Today, I paint the bedroom of my apartment exactly like my old apartment’s—I mean exactly like it. I’m not satisfied with replicating the previous wall colors or ceilings—no.

I don’t stop at converting the faded lime green walls of this new place to the soft tan of my old apartment’s walls—I stand on my bed and do my ceiling in that exact old eggshell, adding the little crags and dimples of textured plaster or stucco or whatever it’s called.

When the wall at the foot of the bed is dry, I’m ready to paint a mural of the bookcase that I was too angry to haul off.

In the winter, when I moved out because my wife told me she was having an affair, I wasn’t so angry at first as relieved. The anger came shortly after. The first emotion was relief. Not only was I relieved that the awkward spell of her not coming home at night was finally over—over and ending without me having to tell anyone—but I was relieved that the marriage was going to end, and it was going to be her fault. Our friends and family would blame her for the collapse, and they’d probably take my side.

After the bookcase, I paint the old closet on the new wall beside the bed. I leave one door open to reveal my abandoned shirts and pants. On the windowless back wall of this new room, over my bed, I paint a backyard window surveying a backyard which I sit and conjure from memory.

My ex-wife and I have only seen each other twice since the divorce—first to sign the papers and then later to picnic and attempt to be friends. I barely remember the picnic; I brought a case of Budweiser and drank them rapidly, one by one. I think we went back here to this new apartment—ostensibly for me to show her around, even though there are only three rooms. If my mortifying and hazy memory of that day is correct, I asked her if she wanted to make out. She left. I called her from work for months and begged her to take me back.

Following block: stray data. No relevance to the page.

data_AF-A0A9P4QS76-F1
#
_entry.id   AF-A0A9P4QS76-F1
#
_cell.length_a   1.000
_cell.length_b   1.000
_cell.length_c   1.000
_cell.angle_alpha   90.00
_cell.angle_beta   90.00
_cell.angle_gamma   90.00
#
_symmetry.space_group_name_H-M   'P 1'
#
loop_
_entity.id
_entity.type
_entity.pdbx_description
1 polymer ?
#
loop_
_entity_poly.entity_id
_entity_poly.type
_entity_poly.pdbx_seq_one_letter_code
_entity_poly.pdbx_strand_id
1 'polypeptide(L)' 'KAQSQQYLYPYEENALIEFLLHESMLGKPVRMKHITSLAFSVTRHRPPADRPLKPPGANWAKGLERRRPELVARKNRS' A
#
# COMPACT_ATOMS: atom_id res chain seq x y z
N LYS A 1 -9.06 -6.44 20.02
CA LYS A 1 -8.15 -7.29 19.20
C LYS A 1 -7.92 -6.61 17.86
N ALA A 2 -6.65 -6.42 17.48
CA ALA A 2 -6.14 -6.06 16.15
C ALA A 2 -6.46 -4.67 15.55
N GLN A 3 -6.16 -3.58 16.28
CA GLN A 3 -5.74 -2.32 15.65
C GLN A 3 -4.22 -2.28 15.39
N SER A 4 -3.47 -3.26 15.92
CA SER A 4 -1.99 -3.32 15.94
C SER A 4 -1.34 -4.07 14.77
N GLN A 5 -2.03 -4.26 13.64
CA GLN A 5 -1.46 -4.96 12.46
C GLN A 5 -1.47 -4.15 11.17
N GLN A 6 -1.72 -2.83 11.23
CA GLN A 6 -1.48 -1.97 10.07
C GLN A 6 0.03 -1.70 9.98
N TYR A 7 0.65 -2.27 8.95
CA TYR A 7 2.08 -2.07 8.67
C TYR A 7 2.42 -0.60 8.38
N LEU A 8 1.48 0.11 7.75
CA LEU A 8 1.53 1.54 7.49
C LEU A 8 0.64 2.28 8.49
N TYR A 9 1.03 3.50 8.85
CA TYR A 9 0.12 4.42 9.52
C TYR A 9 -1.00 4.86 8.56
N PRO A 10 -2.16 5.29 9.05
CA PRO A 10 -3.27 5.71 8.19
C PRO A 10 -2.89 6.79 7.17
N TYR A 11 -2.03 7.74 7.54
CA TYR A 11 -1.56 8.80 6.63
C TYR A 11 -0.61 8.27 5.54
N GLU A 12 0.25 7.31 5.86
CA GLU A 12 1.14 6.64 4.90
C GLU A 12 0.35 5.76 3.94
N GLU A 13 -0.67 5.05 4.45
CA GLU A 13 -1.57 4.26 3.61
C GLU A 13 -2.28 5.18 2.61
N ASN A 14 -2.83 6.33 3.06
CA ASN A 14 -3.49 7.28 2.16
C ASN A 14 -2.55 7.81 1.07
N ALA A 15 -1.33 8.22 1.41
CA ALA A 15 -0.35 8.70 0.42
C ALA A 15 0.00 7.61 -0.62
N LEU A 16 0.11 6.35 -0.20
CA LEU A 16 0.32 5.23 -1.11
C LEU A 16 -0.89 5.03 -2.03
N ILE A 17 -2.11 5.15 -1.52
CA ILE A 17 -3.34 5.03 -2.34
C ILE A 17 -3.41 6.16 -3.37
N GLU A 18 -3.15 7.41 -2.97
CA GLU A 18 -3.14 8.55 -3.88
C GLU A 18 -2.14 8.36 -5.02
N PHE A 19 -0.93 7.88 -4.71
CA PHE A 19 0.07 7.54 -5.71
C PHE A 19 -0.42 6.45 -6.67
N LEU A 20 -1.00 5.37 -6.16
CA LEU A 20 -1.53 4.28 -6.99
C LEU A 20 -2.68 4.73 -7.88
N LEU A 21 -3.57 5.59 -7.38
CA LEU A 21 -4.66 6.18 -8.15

Painting my bedroom takes two days. I’m not sure if I got all the books or clothes perfect, but I’ve filled in everything I’m missing: everything I never went to pick up.

For some reason, I decided to paint the world noon outside the backyard window. Now I wish I’d painted it at nighttime. It seems bright when I turn the lights out, and I woke up in the middle of the night last night and became confused about where I was.

Before all this, well before the divorce, there was a day that I remember: my ex and I played fetch with our dog, Hero, in the backyard with a tennis ball. A few weeks later, Hero fell asleep under my car tire. I was drunk. This was when things began to turn cold.

Although the timeline gets slippery when I try to take hold of it—like a fishing line—I’ve still got the pictures on my phone of us playing catch. The pictures show that it’s dusk on August 16th, 2014. I think I killed Hero sometime in September—a month later. There are no pictures of that.

Today, after a bad night’s sleep, I paint over the backyard window—I hate it being noon out there—and I make it soft dusk like it was that August 16th, 2014, using my phone. I recreate Hero running outside in the backyard, carefully matching the ball’s colors—orange and yellow; my ex was wearing cutoff shorts. My hair was still long then, but I’m not in the pictures—I’m taking them.

As the paint dries, I sit and drink a warm beer. Cold beer hurts my teeth, and warm beer goes down faster. I go mail my last rent check. I take a walk in the fragrant spring afternoon and think that someone should pick up all the trash from beside the sidewalk, that this is a historic district, that it used to be the nicest part of town around here. That’s why I picked this new place. It’s tiny, but it’s a great neighborhood.

Once I’m back inside the apartment, I test to see if the paint has all dried, and then I slide open the painted window and slip out into our backyard to play catch in the dusk in November.